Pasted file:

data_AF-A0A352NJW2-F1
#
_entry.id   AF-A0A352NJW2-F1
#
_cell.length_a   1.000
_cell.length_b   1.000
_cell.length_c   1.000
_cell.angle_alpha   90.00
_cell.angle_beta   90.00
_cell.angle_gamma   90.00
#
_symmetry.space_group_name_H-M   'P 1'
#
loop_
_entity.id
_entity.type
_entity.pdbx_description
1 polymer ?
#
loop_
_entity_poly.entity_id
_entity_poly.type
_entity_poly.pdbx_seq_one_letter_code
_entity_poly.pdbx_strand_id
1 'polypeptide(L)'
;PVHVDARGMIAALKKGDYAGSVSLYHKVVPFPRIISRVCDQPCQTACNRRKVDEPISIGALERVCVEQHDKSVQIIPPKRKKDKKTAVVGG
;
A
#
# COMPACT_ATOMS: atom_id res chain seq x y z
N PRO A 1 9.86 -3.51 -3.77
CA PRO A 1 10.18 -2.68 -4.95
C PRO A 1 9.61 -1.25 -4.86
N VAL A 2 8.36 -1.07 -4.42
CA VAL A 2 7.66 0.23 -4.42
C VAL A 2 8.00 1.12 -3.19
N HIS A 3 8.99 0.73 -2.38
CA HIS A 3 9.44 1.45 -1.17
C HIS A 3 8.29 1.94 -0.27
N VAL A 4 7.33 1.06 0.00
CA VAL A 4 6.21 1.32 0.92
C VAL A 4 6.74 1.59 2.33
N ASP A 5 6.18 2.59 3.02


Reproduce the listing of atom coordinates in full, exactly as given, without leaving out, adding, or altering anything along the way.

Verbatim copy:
data_AF-A0A352NJW2-F1
#
_entry.id   AF-A0A352NJW2-F1
#
_cell.length_a   1.000
_cell.length_b   1.000
_cell.length_c   1.000
_cell.angle_alpha   90.00
_cell.angle_beta   90.00
_cell.angle_gamma   90.00
#
_symmetry.space_group_name_H-M   'P 1'
#
loop_
_entity.id
_entity.type
_entity.pdbx_description
1 polymer ?
#
loop_
_entity_poly.entity_id
_entity_poly.type
_entity_poly.pdbx_seq_one_letter_code
_entity_poly.pdbx_strand_id
1 'polypeptide(L)'
;PVHVDARGMIAALKKGDYAGSVSLYHKVVPFPRIISRVCDQPCQTACNRRKVDEPISIGALERVCVEQHDKSVQIIPPKRKKDKKTAVVGG
;
A
#
# COMPACT_ATOMS: atom_id res chain seq x y z
N PRO A 1 9.86 -3.51 -3.77
CA PRO A 1 10.18 -2.68 -4.95
C PRO A 1 9.61 -1.25 -4.86
N VAL A 2 8.36 -1.07 -4.42
CA VAL A 2 7.66 0.23 -4.42
C VAL A 2 8.00 1.12 -3.19
N HIS A 3 8.99 0.73 -2.38
CA HIS A 3 9.44 1.45 -1.17
C HIS A 3 8.29 1.94 -0.27
N VAL A 4 7.33 1.06 0.00
CA VAL A 4 6.21 1.32 0.92
C VAL A 4 6.74 1.59 2.33
N ASP A 5 6.18 2.59 3.02